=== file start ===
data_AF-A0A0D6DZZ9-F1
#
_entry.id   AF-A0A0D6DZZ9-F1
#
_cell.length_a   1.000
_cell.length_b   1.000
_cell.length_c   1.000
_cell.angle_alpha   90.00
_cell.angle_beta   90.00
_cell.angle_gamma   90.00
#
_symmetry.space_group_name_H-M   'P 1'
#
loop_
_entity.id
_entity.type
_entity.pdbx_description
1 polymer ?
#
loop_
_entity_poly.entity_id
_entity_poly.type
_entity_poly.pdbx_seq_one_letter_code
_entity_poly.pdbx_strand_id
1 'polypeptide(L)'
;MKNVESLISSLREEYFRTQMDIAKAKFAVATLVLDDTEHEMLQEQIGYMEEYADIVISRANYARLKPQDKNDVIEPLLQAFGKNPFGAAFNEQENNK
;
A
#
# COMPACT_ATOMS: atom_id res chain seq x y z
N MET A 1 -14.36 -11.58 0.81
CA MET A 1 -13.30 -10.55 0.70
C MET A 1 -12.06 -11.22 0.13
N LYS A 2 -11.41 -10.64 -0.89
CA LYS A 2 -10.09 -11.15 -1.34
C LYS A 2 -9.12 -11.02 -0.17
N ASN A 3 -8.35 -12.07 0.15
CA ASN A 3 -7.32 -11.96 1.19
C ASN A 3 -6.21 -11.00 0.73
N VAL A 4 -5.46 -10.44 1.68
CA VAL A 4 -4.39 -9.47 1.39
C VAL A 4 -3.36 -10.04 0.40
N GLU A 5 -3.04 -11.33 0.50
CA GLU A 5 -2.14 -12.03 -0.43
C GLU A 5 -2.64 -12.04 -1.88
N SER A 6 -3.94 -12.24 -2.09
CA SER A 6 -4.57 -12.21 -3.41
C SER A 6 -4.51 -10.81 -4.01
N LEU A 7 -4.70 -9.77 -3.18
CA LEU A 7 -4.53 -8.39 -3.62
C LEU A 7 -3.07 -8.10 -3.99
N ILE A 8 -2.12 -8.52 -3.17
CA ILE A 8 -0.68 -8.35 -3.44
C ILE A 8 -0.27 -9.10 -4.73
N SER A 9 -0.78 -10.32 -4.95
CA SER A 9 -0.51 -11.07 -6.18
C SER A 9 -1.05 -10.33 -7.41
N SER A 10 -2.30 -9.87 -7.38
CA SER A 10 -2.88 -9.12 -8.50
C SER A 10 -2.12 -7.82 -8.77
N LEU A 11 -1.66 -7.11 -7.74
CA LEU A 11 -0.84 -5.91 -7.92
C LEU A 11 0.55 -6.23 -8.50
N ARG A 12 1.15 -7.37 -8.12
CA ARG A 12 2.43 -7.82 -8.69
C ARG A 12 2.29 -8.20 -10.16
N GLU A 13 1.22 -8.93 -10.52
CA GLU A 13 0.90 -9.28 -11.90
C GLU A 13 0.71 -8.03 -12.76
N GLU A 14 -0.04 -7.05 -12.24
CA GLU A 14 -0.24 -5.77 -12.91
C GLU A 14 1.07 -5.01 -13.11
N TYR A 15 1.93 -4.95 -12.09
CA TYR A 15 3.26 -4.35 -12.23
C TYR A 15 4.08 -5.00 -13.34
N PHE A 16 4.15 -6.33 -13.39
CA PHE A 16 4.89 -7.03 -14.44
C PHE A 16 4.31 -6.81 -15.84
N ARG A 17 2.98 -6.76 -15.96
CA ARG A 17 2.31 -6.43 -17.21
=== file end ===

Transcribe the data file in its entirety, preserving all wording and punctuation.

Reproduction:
data_AF-A0A0D6DZZ9-F1
#
_entry.id   AF-A0A0D6DZZ9-F1
#
_cell.length_a   1.000
_cell.length_b   1.000
_cell.length_c   1.000
_cell.angle_alpha   90.00
_cell.angle_beta   90.00
_cell.angle_gamma   90.00
#
_symmetry.space_group_name_H-M   'P 1'
#
loop_
_entity.id
_entity.type
_entity.pdbx_description
1 polymer ?
#
loop_
_entity_poly.entity_id
_entity_poly.type
_entity_poly.pdbx_seq_one_letter_code
_entity_poly.pdbx_strand_id
1 'polypeptide(L)'
;MKNVESLISSLREEYFRTQMDIAKAKFAVATLVLDDTEHEMLQEQIGYMEEYADIVISRANYARLKPQDKNDVIEPLLQAFGKNPFGAAFNEQENNK
;
A
#
# COMPACT_ATOMS: atom_id res chain seq x y z
N MET A 1 -14.36 -11.58 0.81
CA MET A 1 -13.30 -10.55 0.70
C MET A 1 -12.06 -11.22 0.13
N LYS A 2 -11.41 -10.64 -0.89
CA LYS A 2 -10.09 -11.15 -1.34
C LYS A 2 -9.12 -11.02 -0.17
N ASN A 3 -8.35 -12.07 0.15
CA ASN A 3 -7.32 -11.96 1.19
C ASN A 3 -6.21 -11.00 0.73
N VAL A 4 -5.46 -10.44 1.68
CA VAL A 4 -4.39 -9.47 1.39
C VAL A 4 -3.36 -10.04 0.40
N GLU A 5 -3.04 -11.33 0.50
CA GLU A 5 -2.14 -12.03 -0.43
C GLU A 5 -2.64 -12.04 -1.88
N SER A 6 -3.94 -12.24 -2.09
CA SER A 6 -4.57 -12.21 -3.41
C SER A 6 -4.51 -10.81 -4.01
N LEU A 7 -4.70 -9.77 -3.18
CA LEU A 7 -4.53 -8.39 -3.62
C LEU A 7 -3.07 -8.10 -3.99
N ILE A 8 -2.12 -8.52 -3.17
CA ILE A 8 -0.68 -8.35 -3.44
C ILE A 8 -0.27 -9.10 -4.73
N SER A 9 -0.78 -10.32 -4.95
CA SER A 9 -0.51 -11.07 -6.18
C SER A 9 -1.05 -10.33 -7.41
N SER A 10 -2.30 -9.87 -7.38
CA SER A 10 -2.88 -9.12 -8.50
C SER A 10 -2.12 -7.82 -8.77
N LEU A 11 -1.66 -7.11 -7.74
CA LEU A 11 -0.84 -5.91 -7.92
C LEU A 11 0.55 -6.23 -8.50
N ARG A 12 1.15 -7.37 -8.12
CA ARG A 12 2.43 -7.82 -8.69
C ARG A 12 2.29 -8.20 -10.16
N GLU A 13 1.22 -8.93 -10.52
CA GLU A 13 0.90 -9.28 -11.90
C GLU A 13 0.71 -8.03 -12.76
N GLU A 14 -0.04 -7.05 -12.24
CA GLU A 14 -0.24 -5.77 -12.91
C GLU A 14 1.07 -5.01 -13.11
N TYR A 15 1.93 -4.95 -12.09
CA TYR A 15 3.26 -4.35 -12.23
C TYR A 15 4.08 -5.00 -13.34
N PHE A 16 4.15 -6.33 -13.39
CA PHE A 16 4.89 -7.03 -14.44
C PHE A 16 4.31 -6.81 -15.84
N ARG A 17 2.98 -6.76 -15.96
CA ARG A 17 2.31 -6.43 -17.21